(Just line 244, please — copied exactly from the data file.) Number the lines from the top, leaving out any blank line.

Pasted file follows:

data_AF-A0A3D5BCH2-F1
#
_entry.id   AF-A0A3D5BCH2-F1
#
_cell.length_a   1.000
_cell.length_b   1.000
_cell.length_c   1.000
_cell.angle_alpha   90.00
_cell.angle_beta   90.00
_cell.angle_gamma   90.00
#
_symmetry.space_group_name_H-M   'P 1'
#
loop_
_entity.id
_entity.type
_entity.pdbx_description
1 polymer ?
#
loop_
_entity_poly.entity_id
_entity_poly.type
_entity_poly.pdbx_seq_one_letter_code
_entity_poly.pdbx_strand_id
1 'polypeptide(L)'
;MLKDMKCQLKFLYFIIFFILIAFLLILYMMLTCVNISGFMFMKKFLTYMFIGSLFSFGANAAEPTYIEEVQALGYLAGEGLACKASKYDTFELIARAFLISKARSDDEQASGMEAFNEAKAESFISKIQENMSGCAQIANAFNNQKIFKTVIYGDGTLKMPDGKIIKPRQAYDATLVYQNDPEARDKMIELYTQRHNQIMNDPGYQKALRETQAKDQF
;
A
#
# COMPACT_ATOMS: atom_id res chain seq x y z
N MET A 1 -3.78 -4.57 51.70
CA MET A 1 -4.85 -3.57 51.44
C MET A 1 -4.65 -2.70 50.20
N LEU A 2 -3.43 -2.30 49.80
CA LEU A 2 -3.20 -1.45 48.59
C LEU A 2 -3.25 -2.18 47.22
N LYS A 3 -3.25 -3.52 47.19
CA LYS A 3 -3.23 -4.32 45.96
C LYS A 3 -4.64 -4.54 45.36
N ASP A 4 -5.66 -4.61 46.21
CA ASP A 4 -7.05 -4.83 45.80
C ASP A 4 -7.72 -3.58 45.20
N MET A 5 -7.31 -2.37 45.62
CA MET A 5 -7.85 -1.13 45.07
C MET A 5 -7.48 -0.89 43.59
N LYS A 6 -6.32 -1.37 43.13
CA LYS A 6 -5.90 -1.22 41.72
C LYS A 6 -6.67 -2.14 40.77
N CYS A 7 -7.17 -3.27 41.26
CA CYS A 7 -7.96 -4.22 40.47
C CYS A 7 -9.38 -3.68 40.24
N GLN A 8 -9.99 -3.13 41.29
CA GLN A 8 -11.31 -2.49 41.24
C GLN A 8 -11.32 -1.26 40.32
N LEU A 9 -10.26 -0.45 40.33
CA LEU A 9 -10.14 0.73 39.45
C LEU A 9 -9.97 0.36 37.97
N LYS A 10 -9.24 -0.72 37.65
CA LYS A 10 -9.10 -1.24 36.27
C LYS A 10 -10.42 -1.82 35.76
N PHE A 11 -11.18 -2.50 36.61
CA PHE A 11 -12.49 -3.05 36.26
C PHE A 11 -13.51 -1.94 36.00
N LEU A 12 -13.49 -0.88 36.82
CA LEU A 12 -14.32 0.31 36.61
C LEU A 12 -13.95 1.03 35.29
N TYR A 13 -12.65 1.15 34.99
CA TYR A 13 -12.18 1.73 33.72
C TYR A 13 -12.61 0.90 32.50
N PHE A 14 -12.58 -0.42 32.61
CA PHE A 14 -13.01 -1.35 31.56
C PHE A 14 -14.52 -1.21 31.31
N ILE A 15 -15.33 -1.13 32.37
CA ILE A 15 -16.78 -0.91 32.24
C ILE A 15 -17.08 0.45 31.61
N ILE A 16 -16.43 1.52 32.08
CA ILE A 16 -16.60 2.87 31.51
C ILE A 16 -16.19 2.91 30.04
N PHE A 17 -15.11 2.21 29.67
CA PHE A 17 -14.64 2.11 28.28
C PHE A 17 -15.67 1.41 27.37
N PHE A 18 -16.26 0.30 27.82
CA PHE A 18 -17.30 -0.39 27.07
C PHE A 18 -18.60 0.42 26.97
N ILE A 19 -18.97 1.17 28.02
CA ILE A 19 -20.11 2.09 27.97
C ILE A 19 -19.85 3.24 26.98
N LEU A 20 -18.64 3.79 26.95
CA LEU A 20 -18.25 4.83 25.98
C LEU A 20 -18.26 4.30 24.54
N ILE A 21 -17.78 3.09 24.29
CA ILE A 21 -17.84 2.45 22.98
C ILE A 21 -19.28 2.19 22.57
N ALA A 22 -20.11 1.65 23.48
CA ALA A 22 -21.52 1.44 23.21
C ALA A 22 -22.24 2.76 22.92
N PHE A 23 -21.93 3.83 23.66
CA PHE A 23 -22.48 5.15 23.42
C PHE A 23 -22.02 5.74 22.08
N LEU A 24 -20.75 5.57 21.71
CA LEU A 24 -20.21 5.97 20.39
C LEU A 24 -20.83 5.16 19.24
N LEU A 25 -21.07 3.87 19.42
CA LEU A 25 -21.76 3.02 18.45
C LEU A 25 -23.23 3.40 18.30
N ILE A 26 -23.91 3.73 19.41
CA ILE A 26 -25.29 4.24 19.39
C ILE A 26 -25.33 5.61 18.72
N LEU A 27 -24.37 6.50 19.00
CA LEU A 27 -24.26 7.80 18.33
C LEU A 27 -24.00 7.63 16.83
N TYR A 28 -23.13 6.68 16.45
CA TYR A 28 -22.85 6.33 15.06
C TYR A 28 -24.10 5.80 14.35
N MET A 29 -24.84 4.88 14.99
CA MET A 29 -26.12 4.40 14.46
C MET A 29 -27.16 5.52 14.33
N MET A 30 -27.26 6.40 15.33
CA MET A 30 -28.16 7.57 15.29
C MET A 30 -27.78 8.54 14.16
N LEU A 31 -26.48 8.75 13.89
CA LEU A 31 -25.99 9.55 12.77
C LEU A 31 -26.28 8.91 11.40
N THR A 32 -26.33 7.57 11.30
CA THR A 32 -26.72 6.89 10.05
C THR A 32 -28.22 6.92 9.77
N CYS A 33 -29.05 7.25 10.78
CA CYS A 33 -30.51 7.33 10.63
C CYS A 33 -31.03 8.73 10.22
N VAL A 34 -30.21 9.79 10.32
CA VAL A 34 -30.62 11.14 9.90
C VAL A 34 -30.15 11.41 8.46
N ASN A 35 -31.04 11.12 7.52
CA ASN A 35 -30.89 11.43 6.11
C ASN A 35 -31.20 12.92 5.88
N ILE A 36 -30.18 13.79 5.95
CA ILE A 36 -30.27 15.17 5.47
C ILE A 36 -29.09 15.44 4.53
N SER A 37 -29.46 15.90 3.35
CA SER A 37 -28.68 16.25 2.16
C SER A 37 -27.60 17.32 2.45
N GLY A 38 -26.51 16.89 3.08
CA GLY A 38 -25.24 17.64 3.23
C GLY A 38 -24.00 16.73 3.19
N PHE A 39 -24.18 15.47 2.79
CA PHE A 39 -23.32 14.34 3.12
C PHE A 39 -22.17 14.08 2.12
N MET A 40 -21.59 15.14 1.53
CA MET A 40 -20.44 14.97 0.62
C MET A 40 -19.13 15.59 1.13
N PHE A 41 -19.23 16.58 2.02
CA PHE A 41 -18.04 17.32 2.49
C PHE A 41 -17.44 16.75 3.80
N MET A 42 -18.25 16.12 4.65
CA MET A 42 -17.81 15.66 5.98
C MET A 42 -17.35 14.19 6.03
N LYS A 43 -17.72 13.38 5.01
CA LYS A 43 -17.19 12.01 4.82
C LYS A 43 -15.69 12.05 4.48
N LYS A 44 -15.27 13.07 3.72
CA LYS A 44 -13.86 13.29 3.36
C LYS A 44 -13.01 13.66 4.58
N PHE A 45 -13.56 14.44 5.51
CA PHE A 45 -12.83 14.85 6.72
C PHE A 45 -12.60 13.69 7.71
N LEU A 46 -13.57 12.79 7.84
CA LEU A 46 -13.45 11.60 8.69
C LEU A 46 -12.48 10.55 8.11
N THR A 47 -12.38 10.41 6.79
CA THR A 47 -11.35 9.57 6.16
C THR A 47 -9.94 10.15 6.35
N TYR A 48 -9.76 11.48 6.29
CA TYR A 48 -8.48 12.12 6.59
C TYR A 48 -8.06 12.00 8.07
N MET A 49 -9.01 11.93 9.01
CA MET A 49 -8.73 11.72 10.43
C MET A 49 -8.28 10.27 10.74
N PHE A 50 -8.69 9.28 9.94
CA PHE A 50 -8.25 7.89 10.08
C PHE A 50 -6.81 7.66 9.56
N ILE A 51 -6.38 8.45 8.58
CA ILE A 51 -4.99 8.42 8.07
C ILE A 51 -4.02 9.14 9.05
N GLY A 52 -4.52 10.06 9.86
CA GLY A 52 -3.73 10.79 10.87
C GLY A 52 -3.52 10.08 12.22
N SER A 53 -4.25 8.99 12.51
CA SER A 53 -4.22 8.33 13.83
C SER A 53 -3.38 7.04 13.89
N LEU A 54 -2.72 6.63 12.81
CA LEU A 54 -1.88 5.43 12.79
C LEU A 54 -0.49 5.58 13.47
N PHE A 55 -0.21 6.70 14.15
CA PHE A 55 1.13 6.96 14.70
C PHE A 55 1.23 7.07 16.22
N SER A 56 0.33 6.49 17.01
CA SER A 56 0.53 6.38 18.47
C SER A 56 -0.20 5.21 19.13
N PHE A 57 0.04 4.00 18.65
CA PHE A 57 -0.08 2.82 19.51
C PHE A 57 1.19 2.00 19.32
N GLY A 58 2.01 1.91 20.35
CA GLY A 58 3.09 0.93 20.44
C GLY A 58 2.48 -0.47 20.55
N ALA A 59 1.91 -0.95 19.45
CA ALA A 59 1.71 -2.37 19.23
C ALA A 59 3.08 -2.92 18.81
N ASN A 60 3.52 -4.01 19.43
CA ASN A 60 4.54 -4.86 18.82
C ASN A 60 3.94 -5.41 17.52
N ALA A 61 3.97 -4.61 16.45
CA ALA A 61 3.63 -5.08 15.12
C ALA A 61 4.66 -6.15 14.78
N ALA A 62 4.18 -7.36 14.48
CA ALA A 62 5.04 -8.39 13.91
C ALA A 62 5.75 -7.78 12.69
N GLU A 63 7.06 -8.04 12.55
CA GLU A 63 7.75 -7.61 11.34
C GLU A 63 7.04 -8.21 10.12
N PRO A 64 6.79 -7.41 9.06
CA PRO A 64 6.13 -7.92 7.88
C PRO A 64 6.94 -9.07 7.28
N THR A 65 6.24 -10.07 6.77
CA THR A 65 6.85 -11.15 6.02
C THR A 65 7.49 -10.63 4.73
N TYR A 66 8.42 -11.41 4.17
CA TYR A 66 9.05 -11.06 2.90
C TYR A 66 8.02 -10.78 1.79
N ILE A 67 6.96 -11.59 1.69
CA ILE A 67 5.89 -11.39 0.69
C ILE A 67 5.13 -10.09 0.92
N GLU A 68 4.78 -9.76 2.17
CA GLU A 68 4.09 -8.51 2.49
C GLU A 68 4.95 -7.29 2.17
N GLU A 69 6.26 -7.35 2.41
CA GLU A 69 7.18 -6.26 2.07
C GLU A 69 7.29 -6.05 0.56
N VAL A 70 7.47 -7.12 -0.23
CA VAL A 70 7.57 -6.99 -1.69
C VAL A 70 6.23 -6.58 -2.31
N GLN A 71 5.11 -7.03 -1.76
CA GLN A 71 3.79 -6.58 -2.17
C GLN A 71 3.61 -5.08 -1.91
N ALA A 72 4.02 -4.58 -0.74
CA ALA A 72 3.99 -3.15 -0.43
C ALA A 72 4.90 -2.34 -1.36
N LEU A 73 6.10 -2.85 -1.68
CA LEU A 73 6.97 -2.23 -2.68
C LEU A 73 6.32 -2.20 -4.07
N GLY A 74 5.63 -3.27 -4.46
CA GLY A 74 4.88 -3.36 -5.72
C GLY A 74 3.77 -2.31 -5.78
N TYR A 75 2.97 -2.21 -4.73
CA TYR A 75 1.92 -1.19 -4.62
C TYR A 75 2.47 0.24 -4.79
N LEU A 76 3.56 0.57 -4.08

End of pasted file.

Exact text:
N ALA A 72 4.02 -4.58 -0.74